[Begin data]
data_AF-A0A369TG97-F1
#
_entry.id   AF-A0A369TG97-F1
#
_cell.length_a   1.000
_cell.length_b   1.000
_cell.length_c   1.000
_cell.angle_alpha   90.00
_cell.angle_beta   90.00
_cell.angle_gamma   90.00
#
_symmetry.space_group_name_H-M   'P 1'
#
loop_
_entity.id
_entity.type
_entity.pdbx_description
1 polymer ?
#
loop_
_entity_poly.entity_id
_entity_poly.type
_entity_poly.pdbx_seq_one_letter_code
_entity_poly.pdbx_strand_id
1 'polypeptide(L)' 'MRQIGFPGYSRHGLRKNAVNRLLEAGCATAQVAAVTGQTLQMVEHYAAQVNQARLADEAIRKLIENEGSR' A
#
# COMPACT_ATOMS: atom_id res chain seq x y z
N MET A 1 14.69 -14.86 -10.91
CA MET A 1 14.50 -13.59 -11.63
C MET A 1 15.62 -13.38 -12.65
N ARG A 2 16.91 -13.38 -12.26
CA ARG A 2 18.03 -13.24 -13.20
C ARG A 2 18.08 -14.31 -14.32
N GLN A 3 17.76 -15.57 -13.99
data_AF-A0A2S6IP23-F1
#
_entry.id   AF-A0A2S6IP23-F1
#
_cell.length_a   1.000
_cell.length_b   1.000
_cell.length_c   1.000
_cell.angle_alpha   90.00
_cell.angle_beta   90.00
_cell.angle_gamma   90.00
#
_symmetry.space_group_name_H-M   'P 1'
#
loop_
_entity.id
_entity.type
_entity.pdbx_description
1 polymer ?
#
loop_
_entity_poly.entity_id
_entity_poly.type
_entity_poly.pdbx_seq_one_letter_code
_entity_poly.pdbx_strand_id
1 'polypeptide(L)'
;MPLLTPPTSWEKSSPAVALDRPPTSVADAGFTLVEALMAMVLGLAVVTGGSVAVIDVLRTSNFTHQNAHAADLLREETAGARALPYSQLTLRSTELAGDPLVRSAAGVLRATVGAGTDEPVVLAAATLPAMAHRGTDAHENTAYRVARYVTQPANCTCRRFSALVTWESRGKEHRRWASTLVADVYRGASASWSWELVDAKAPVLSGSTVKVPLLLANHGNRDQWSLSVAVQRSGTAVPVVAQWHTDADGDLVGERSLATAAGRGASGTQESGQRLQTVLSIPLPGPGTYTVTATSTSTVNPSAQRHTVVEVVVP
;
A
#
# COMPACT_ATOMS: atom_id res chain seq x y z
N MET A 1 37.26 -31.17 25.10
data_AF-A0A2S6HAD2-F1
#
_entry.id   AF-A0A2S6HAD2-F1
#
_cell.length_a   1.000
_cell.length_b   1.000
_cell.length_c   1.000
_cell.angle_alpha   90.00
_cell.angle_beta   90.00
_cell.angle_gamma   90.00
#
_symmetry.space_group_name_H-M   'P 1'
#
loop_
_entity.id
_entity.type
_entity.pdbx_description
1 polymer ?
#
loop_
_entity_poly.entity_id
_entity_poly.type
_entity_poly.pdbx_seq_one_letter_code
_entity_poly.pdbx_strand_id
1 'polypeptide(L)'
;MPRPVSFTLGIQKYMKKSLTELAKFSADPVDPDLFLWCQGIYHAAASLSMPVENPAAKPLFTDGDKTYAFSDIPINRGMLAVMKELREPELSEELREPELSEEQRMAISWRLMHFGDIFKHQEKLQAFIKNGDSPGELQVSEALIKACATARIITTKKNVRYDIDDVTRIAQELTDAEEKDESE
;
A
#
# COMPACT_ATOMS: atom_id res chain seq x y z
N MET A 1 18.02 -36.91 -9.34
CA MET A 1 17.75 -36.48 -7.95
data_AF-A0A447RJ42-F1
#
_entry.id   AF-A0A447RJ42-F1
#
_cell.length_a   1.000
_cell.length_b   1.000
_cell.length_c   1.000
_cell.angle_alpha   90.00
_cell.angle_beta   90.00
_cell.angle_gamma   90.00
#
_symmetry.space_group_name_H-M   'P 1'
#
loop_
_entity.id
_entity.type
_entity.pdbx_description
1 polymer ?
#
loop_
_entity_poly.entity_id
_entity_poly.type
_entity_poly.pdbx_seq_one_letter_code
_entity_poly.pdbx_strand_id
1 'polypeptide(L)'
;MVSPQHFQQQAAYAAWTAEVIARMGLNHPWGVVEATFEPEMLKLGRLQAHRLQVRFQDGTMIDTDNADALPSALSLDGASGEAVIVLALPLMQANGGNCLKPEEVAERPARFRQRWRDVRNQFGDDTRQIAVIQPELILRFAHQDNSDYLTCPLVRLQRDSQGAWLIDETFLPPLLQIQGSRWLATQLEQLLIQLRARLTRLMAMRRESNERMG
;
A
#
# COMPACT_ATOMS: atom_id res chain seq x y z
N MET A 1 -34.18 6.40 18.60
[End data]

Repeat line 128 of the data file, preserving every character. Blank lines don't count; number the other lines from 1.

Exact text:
N MET A 1 -34.18 6.40 18.60